Prior to the implementation of these regulations in 2021, the industry was making compulsory disclosures under the Gazette No. 2184/21 of July 2020 which mandated that the “total value of goods exported in a quarter and the foreign remittance received” should be lodged with the BOI every quarter.
1. False claim: CBSL Governor declared that apparel exporters ‘repatriated’ only 14% of the export income
This is factually incorrect in that the Governor explicitly referred to the conversion of export proceeds, not repatriation. The author shows a lack of basic knowledge by conflating the two functions.
This is a significant error given that ‘repatriation’ refers to remittances into the country as against the value of exports indicated on a Customs Declaration (CUSDEC) whereas conversion refers to the balance foreign currency, that is converted into LKR after the exporter has made the permitted foreign currency payments.
Contrary to what the author has claimed, the CBSL Governor never raised an issue with the industry’s compliance on repatriating these earnings. This has solely been the creation of the author.
The same was reconfirmed by the Governor of the CBSL during the Monetary Policy review on the 25 January 2023, and again at the CoPF meeting the same day. At the latter, the Governor made explicit reference to the article as a “misinterpretation” and provided a detailed explanation on the process, monitoring mechanisms and the requirements for both inward remittances and for conversions.
The Governor’s response offered a clear rebuttal to the author and clarifies allegations over the Global Financial Integrity report and his views on this report, and the ability of an exporter to keep money overseas.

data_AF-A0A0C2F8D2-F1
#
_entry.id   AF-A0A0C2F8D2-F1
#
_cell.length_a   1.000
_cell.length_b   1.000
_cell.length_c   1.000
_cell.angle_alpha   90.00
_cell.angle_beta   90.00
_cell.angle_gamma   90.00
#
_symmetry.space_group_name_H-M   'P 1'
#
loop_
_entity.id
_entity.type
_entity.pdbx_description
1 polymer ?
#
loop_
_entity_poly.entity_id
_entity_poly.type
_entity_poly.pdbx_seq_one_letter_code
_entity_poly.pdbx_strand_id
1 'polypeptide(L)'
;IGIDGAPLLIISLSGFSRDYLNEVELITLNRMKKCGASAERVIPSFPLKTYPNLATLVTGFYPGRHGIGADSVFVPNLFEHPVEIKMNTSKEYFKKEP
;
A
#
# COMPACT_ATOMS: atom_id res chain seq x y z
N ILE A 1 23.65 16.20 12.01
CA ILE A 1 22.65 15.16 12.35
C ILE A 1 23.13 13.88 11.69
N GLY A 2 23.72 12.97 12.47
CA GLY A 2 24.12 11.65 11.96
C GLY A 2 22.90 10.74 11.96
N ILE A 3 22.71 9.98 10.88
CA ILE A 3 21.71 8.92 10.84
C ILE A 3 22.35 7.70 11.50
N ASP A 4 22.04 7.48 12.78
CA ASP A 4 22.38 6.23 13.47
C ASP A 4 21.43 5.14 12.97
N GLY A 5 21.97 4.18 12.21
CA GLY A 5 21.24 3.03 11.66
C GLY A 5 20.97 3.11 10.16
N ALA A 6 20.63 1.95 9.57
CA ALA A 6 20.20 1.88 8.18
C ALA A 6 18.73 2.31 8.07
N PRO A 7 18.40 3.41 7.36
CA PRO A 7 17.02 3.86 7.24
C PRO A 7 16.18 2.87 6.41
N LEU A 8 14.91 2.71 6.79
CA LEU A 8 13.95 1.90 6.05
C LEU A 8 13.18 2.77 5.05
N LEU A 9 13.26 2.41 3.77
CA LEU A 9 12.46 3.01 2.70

Given that merchandise exports – unlike services – must be shipped against a CUSDEC, there is a clear and credible record of the value of these exports. Moreover, all relevant records of these transactions have been provided to both the BOI – which maintains direct oversight over a majority of Sri Lankan apparel firms – as well as the CBSL. Hence the author’s claim that apparel firms are failing to repatriate export proceeds is provably false.
JAAF reiterates its position that our membership abides by the regulations on repatriation of export proceed and conversions thereafter. This process is strictly monitored through the banking system and as the Governor has confirmed, is being adhered to.
2. False claim: Apparel firms are “stashing” more than 80% of their export proceeds overseas
It is inconceivable from purely a logistical standpoint for export proceeds in the quantities claimed by the author to practically be held overseas.
Sri Lankan apparel firms in particular are linked to some of the world’s largest brands. These brands require producers they work with maintain strict compliance with their internal standards and utilise automated Enterprise Resource Planning (ERP) systems for managing purchasing and maintaining real-time visibility across the supply chain.
Apparel firms also operate on thin margins and tight deadlines. All parties in the supply chain – from the fabric producers who provide the raw materials for Sri Lankan apparel firms to the final buyers and retailers –have a strong incentive to ensure that every single dollar in the cost structure in their supply chain is carefully monitored and accounted for.